17 April 2013

Negative emissions and the carbon cycle

Can humanity switch from emitting massive amounts of climate-warming gases, to instead removing them from the atmosphere? International researchers discussed the potentials and challenges for negative emissions this week at a meeting co-organized by IIASA and the Global Carbon Project.

Globe in the forest © Flynt | Dreamstime.com

Globe in the forest © Flynt | Dreamstime.com

More and more, researchers say that targets for climate change may be slipping out of reach. In order to limit climate change to 2°C above pre-industrial levels, many scenarios suggest that emissions will not only need to drop to zero, but eventually to become negative – that is, human beings will need to begin removing greenhouse gases from the atmosphere. But the technologies required to transition to negative emissions remain a big question mark. 

How much would these technologies cost? How quickly can they be deployed? And what will the impacts be? In the meeting this week at IIASA in Laxenburg, researchers from the Global Carbon Project (GCP),  IIASA,  and other institutions presented the latest research into the potential impacts of negative carbon technologies

“What we’re exploring here are new mitigation technologies to bring emissions to stabilization,” says Pep Canadell, Executive Director of the Global Carbon Project (GCP), who led the meeting along with IIASA Deputy Director Nebojsa Nakicenovic. Canadell says, “We need to not just decarbonize fossil fuels and introduce other emissions free options but in addition take carbon out of the atmosphere through negative emissions and sequester it underground.”

Workshop participants met from 17-19 April at IIASA in Laxenburg.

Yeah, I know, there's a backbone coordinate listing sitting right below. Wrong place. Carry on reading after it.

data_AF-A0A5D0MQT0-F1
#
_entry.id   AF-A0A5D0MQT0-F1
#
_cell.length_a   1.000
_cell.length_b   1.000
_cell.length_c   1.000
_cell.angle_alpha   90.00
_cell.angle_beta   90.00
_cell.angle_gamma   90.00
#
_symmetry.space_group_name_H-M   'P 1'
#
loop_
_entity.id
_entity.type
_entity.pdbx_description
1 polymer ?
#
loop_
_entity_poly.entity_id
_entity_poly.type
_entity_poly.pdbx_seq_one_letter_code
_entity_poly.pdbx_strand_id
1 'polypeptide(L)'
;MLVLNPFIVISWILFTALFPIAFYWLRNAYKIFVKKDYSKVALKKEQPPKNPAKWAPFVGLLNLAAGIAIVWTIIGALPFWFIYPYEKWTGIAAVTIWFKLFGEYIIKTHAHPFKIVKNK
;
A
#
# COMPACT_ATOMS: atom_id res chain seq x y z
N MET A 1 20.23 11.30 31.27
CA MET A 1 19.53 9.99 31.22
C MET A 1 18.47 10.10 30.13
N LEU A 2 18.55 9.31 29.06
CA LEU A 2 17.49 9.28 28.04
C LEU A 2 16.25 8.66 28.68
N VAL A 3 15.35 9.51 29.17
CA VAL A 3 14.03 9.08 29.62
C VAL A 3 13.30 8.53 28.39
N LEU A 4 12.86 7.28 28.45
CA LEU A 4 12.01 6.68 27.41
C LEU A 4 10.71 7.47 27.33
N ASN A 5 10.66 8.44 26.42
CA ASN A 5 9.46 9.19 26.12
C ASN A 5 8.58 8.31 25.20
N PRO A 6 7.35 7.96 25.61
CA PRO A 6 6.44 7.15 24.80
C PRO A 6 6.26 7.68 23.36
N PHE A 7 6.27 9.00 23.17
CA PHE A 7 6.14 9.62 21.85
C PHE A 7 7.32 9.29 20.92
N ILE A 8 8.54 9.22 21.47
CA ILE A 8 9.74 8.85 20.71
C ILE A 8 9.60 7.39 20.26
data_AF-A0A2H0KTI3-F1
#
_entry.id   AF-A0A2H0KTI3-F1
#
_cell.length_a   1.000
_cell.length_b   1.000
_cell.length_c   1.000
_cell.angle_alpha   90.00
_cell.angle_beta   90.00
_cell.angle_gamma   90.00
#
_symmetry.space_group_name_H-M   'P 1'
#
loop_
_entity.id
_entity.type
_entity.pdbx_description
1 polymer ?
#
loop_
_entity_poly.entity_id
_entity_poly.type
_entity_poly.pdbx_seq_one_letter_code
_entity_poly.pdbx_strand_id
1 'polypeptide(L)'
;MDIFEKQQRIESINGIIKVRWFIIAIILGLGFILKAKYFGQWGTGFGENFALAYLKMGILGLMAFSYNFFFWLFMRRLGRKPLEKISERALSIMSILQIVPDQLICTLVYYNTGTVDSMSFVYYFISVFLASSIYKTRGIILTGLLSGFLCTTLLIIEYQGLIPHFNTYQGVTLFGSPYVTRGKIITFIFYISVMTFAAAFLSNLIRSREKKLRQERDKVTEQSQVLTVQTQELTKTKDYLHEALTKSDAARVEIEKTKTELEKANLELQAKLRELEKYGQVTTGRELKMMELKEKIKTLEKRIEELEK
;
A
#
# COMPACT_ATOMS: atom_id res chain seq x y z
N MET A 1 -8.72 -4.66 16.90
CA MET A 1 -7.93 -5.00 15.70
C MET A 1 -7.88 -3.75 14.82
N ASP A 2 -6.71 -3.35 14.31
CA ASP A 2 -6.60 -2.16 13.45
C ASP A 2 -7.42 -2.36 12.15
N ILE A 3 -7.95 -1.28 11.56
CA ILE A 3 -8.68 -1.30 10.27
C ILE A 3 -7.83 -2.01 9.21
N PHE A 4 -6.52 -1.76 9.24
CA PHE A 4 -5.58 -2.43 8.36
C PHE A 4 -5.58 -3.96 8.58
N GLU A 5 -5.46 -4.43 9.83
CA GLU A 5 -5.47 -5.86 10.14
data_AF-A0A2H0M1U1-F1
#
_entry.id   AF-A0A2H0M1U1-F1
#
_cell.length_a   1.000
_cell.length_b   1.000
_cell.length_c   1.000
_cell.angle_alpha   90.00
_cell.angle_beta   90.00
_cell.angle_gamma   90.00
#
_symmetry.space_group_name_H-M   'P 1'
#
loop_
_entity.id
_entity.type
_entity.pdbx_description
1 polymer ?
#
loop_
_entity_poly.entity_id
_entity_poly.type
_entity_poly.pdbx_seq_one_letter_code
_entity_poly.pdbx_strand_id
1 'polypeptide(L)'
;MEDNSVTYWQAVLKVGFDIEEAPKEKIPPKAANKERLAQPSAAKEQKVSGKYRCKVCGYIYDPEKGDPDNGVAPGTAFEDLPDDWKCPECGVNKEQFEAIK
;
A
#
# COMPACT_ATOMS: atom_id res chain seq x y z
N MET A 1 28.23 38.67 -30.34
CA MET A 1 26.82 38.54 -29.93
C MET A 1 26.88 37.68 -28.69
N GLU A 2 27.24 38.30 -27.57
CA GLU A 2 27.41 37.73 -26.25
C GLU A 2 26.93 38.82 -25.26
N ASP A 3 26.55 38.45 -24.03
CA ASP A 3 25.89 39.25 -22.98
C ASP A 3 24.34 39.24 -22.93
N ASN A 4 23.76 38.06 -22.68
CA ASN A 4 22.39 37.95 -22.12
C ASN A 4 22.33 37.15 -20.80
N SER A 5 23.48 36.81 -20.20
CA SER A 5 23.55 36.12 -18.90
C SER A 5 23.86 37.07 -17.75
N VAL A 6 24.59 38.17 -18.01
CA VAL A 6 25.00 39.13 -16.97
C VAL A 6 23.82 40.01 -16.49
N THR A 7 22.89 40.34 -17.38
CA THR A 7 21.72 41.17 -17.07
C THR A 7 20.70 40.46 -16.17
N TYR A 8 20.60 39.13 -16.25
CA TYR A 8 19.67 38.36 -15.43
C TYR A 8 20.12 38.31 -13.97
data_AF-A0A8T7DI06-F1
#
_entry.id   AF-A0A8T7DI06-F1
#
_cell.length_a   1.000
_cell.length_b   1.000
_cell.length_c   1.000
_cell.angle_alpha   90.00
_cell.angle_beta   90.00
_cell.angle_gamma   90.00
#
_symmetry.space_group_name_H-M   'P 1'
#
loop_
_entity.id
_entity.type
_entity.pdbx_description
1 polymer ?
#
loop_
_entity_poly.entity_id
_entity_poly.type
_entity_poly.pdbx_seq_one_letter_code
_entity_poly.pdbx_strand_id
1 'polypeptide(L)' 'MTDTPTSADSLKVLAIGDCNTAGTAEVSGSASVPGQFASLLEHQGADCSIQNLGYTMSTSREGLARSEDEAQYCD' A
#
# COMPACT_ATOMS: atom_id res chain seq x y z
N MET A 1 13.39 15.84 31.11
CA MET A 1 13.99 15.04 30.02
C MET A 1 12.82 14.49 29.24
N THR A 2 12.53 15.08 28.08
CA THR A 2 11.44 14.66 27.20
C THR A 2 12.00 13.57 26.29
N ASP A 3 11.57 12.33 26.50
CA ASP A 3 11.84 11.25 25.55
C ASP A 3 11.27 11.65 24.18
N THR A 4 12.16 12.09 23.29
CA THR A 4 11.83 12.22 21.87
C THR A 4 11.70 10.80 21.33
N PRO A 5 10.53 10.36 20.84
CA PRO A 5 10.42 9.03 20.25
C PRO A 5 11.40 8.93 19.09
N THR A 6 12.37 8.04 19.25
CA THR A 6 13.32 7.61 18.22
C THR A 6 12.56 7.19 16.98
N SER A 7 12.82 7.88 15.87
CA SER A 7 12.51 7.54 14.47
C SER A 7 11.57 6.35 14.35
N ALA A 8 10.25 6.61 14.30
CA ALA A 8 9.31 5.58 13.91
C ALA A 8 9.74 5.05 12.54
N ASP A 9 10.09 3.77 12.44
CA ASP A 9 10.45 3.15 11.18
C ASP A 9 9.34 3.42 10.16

The meeting this week focused on Bioenergy and Carbon Capture and Storage (BECCS), a yet-unproven system that would produce energy from biofuels and then trap the resulting emissions using sequestration technology. While attractive in theory, there are a few major hurdles to getting BECCS going on a large scale. Canadell says. “Ultimately you would need a massive production of biomass, with a massive deployment of new technology, and match that to new carbon sequestration sites.” 

During the two-day workshop, researchers presented relevant findings and participated in discussions, for example on how much negative carbon emissions are required and how long we can wait to act and still meet the 2°C target. They also discussed details and uncertainties in the carbon cycle, the biogeophysical system by which carbon flows in and out of the atmosphere, vegetation, and associated land, water, nutrient requirements, and the flow of the ocean. Other questions included how much biofuel could be produced sustainably, while also maintaining adequate food production for the world’s population

The group plans to write a synthesis paper to present the opportunities, challenges and required policies for implementing negative emissions.

Information for participants (password required).


Print this page

Last edited: 24 September 2014

CONTACT DETAILS

Nebojsa Nakicenovic

IIASA Deputy Director General/Deputy Chief Executive Officer

Directorate

Senior Research Scholar

Transitions To New Technologies

Senior Research Scholar

Energy

T +43(0) 2236 807 411

RESEARCH PARTNERS

International Institute for Applied Systems Analysis (IIASA)
Schlossplatz 1, A-2361 Laxenburg, Austria
Phone: (+43 2236) 807 0 Fax:(+43 2236) 71 313